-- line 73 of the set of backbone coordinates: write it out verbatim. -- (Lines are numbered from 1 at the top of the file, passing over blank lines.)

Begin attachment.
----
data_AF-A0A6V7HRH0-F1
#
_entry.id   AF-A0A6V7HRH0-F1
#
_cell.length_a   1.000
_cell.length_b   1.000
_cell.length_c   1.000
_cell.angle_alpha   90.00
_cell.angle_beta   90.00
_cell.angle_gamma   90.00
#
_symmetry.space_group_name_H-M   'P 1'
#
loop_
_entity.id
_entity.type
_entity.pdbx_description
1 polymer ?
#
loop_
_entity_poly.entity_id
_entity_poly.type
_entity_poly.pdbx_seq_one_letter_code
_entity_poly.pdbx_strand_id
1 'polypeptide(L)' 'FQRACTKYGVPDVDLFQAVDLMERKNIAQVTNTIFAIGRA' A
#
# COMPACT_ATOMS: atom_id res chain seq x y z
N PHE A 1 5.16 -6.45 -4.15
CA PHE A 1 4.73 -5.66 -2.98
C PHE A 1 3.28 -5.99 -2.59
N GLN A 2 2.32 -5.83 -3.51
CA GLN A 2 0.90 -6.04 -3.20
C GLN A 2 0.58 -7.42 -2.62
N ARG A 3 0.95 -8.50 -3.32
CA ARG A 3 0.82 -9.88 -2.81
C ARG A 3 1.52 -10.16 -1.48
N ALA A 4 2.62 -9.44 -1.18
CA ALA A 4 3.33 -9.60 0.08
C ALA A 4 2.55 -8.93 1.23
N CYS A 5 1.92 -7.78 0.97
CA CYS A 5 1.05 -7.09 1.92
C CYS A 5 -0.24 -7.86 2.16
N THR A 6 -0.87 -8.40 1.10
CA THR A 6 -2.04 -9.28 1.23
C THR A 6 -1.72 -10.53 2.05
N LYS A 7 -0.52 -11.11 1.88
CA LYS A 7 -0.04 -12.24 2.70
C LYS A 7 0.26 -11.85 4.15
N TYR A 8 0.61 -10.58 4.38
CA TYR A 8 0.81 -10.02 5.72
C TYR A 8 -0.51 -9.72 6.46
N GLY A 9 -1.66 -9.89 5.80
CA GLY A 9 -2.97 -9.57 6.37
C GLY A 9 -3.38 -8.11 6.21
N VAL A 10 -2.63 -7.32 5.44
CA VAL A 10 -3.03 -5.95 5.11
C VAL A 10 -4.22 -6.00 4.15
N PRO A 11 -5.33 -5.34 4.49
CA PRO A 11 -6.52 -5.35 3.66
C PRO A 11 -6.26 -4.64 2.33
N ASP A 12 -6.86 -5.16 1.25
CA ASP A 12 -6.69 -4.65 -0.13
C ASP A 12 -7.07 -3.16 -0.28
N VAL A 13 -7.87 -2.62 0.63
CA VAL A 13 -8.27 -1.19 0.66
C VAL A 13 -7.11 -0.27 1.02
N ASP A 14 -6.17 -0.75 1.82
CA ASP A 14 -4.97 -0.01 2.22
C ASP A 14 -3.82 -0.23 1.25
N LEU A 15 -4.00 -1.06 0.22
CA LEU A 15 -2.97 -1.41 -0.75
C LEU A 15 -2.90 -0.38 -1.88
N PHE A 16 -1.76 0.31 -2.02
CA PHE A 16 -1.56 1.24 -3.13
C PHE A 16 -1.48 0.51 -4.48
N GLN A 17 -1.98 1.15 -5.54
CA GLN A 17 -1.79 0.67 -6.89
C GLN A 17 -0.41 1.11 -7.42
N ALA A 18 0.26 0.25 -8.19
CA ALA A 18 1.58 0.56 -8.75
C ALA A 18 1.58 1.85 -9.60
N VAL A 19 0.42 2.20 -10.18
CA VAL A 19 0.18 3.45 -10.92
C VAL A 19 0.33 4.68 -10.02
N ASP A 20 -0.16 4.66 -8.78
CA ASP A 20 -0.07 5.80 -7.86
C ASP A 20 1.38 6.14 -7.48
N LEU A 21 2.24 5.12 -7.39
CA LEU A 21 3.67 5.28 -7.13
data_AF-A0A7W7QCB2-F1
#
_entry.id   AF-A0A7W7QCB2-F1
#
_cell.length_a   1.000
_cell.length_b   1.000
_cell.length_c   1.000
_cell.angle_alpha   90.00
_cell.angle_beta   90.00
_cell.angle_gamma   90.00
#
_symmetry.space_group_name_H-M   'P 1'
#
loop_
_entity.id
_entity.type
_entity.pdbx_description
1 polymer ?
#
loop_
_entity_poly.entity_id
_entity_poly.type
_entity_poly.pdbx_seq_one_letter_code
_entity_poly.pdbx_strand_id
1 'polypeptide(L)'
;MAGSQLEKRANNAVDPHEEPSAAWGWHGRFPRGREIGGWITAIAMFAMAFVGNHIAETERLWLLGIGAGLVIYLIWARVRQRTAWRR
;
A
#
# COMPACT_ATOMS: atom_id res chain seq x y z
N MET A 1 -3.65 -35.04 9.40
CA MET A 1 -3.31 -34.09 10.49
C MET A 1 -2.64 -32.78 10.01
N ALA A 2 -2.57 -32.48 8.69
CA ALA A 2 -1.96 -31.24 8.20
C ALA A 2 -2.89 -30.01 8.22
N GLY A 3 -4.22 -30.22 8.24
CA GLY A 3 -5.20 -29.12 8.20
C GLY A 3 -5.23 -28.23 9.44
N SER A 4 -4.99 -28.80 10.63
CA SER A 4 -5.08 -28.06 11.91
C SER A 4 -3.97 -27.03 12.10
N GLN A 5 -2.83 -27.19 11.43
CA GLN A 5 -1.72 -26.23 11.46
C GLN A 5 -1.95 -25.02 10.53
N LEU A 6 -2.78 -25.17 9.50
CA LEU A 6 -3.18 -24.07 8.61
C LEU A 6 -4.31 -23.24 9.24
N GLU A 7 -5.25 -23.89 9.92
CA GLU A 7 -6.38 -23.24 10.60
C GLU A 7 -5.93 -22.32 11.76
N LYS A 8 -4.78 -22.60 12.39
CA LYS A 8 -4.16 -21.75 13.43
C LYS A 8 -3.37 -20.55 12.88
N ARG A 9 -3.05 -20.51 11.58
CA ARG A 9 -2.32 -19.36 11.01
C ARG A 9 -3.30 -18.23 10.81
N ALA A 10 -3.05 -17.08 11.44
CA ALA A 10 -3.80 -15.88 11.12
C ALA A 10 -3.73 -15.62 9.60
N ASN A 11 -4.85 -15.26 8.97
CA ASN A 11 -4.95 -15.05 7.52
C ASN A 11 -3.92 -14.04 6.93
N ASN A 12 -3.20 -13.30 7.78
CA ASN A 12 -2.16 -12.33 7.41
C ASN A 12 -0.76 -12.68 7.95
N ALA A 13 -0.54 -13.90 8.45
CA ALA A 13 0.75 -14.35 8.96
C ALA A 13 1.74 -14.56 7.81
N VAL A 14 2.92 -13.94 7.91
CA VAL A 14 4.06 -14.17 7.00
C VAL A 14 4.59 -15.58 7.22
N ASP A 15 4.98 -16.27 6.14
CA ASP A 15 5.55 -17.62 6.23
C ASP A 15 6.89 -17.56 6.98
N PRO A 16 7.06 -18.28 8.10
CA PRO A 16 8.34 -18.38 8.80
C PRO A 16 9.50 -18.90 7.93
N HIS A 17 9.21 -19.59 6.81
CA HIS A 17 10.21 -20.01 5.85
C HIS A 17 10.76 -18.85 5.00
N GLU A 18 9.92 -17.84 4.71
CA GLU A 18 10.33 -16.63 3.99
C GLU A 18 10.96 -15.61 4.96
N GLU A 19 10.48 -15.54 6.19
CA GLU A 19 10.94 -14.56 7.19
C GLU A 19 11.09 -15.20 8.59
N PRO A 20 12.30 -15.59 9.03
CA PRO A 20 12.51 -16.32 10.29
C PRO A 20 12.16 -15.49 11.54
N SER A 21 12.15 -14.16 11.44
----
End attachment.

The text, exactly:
N PHE A 16 -1.76 0.31 -2.02